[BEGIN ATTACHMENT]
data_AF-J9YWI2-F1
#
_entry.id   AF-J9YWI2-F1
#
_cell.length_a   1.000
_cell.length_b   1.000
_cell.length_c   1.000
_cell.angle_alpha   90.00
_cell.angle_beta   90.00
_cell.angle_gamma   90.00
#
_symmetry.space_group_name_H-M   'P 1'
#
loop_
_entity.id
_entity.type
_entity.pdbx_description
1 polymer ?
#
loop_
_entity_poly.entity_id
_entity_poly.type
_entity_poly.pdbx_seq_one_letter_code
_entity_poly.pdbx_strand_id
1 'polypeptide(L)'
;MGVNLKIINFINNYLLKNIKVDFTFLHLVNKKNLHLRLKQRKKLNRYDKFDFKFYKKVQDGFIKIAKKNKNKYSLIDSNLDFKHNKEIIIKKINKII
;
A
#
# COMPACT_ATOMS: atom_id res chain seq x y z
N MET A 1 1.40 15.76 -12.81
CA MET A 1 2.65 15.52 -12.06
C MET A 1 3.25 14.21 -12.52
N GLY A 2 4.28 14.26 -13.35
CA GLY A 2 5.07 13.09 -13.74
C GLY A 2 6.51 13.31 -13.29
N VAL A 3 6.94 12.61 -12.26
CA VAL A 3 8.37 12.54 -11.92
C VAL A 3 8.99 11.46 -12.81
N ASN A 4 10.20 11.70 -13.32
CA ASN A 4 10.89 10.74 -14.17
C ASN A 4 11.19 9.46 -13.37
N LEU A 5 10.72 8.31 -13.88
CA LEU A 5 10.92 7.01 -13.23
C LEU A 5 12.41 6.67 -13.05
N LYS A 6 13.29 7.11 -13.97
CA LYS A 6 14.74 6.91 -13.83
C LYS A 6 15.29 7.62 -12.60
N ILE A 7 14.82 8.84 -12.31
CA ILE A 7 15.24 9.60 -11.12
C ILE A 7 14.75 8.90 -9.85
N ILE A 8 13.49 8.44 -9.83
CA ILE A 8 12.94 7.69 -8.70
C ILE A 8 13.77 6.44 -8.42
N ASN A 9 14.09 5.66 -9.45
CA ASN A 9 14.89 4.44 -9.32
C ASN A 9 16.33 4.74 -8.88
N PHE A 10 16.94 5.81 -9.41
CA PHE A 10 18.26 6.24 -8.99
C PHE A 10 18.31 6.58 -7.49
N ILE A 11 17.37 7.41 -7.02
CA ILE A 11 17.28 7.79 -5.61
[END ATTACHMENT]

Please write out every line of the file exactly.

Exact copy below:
data_AF-J9YWI2-F1
#
_entry.id   AF-J9YWI2-F1
#
_cell.length_a   1.000
_cell.length_b   1.000
_cell.length_c   1.000
_cell.angle_alpha   90.00
_cell.angle_beta   90.00
_cell.angle_gamma   90.00
#
_symmetry.space_group_name_H-M   'P 1'
#
loop_
_entity.id
_entity.type
_entity.pdbx_description
1 polymer ?
#
loop_
_entity_poly.entity_id
_entity_poly.type
_entity_poly.pdbx_seq_one_letter_code
_entity_poly.pdbx_strand_id
1 'polypeptide(L)'
;MGVNLKIINFINNYLLKNIKVDFTFLHLVNKKNLHLRLKQRKKLNRYDKFDFKFYKKVQDGFIKIAKKNKNKYSLIDSNLDFKHNKEIIIKKINKII
;
A
#
# COMPACT_ATOMS: atom_id res chain seq x y z
N MET A 1 1.40 15.76 -12.81
CA MET A 1 2.65 15.52 -12.06
C MET A 1 3.25 14.21 -12.52
N GLY A 2 4.28 14.26 -13.35
CA GLY A 2 5.07 13.09 -13.74
C GLY A 2 6.51 13.31 -13.29
N VAL A 3 6.94 12.61 -12.26
CA VAL A 3 8.37 12.54 -11.92
C VAL A 3 8.99 11.46 -12.81
N ASN A 4 10.20 11.70 -13.32
CA ASN A 4 10.89 10.74 -14.17
C ASN A 4 11.19 9.46 -13.37
N LEU A 5 10.72 8.31 -13.88
CA LEU A 5 10.92 7.01 -13.23
C LEU A 5 12.41 6.67 -13.05
N LYS A 6 13.29 7.11 -13.97
CA LYS A 6 14.74 6.91 -13.83
C LYS A 6 15.29 7.62 -12.60
N ILE A 7 14.82 8.84 -12.31
CA ILE A 7 15.24 9.60 -11.12
C ILE A 7 14.75 8.90 -9.85
N ILE A 8 13.49 8.44 -9.83
CA ILE A 8 12.94 7.69 -8.70
C ILE A 8 13.77 6.44 -8.42
N ASN A 9 14.09 5.66 -9.45
CA ASN A 9 14.89 4.44 -9.32
C ASN A 9 16.33 4.74 -8.88
N PHE A 10 16.94 5.81 -9.41
CA PHE A 10 18.26 6.24 -8.99
C PHE A 10 18.31 6.58 -7.49
N ILE A 11 17.37 7.41 -7.02
CA ILE A 11 17.28 7.79 -5.61